Scientific researchers – in academia and the private sector – give us tremendous gifts of health and happiness. Anyone who has experienced the loss of a parent or a grandparent to Alzheimer's, or has taken medicine to treat a headache, or has avoided illness altogether thanks to a vaccine, knows the benefit of scientific progress is personal. Extending and improving lives eases more than human suffering – it also addresses the economic toll of life-threatening disease. Over the past four decades, life expectancy gains due to scientific advancement have added trillions of dollars per year to the economy in the US alone.
Yet despite their significantly positive impact on our own lives, those of our families, and on public health, even the very best scientists often go unappreciated for their work – and for many reasons this is especially true for women in research.
That is why I am proud that Johnson & Johnson has chosen to honor the life and legacy of scientific pioneer Dr. Susan Lindquist, a groundbreaking researcher at the Whitehead Institute for Biomedical Research, with a new $5 million endowed Chair for Women in Science at and a full page ad in the New York Times.
Sue changed the face of basic research and medicine and advanced understanding of diseases like Parkinson's. She was a member of our board of directors, who helped us advance research as innovative as she was, and she was a passionate researcher, a teacher, an entrepreneur and a role model for women in science. I had the honor of working for Sue during my time at Whitehead, and she was a powerhouse of energy, ideas and impact that inspired me and an entire generation of women and men.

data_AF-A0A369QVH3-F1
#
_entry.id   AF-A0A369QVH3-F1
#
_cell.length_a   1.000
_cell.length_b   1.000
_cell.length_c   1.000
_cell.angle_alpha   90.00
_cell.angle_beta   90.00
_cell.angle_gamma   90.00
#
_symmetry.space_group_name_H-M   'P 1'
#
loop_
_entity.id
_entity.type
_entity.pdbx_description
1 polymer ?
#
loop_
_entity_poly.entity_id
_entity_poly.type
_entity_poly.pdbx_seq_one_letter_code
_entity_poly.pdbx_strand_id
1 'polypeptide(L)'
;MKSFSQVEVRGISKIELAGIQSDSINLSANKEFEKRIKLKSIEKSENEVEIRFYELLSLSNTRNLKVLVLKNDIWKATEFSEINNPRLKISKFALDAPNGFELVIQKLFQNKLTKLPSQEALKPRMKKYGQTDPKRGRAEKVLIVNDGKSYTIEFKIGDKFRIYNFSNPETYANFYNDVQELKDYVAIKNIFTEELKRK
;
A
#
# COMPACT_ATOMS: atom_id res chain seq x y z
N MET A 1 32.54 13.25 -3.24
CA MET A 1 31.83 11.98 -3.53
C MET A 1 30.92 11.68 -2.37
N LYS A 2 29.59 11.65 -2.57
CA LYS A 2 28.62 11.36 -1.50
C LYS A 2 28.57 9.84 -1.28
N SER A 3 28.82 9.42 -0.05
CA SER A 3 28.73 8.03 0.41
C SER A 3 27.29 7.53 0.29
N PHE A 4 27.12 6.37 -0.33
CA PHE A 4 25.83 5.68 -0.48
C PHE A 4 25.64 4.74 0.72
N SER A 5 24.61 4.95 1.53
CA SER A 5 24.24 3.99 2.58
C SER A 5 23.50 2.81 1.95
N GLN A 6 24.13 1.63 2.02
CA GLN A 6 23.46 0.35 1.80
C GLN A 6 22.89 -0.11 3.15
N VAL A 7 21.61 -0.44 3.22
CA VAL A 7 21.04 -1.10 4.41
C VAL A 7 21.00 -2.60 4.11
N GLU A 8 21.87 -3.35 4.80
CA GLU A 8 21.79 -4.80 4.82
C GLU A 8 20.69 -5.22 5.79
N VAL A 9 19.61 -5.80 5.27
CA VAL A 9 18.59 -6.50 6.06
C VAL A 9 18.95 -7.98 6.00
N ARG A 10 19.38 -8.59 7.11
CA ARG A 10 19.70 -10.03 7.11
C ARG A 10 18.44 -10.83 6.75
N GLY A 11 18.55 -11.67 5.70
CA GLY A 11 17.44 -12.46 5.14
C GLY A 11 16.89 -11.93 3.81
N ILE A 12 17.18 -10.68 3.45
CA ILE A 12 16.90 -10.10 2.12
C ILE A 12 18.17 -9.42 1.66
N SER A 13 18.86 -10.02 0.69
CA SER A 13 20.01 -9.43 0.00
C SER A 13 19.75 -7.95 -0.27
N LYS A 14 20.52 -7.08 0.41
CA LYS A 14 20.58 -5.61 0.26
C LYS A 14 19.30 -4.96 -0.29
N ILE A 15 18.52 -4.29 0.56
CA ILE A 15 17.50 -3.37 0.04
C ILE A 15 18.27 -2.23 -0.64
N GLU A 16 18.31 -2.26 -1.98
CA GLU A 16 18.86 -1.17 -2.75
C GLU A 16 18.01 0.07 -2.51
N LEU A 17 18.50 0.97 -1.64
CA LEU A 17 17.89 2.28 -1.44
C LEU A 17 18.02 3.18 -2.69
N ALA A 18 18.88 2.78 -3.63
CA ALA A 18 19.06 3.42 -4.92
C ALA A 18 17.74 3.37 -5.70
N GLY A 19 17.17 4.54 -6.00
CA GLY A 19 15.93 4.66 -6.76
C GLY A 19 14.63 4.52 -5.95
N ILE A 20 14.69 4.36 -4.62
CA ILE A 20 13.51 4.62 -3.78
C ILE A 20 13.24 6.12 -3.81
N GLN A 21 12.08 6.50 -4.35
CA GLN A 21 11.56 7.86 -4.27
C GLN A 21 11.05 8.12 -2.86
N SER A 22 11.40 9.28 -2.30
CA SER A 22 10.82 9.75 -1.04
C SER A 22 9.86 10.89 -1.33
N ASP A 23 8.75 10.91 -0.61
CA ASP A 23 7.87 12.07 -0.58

Earlier this fall, we also recognized Dr. Ohsumi with our Johnson & Johnson 2016 Dr. Paul Janssen Award for Biomedical Research based on his pioneering work in autography just weeks before his Nobel win. His research has advanced our understanding of how cells recycle their content, which has illuminated a new path of research for the treatment of diseases like cancer and Alzheimer's.
Celebrating the outstanding achievements of scientists like Dr. Lindquist and Dr. Ohsumi helps to build public support for the power of science to improve lives and inspire thousands of scientists who work in academia, independent research organizations and industry in their work to solve the world's greatest healthcare challenges.
I invite you to lend your voice to share in our ongoing celebration of great scientists throughout the year. Look for us on twitter at #ScientistsMakeLifeBetter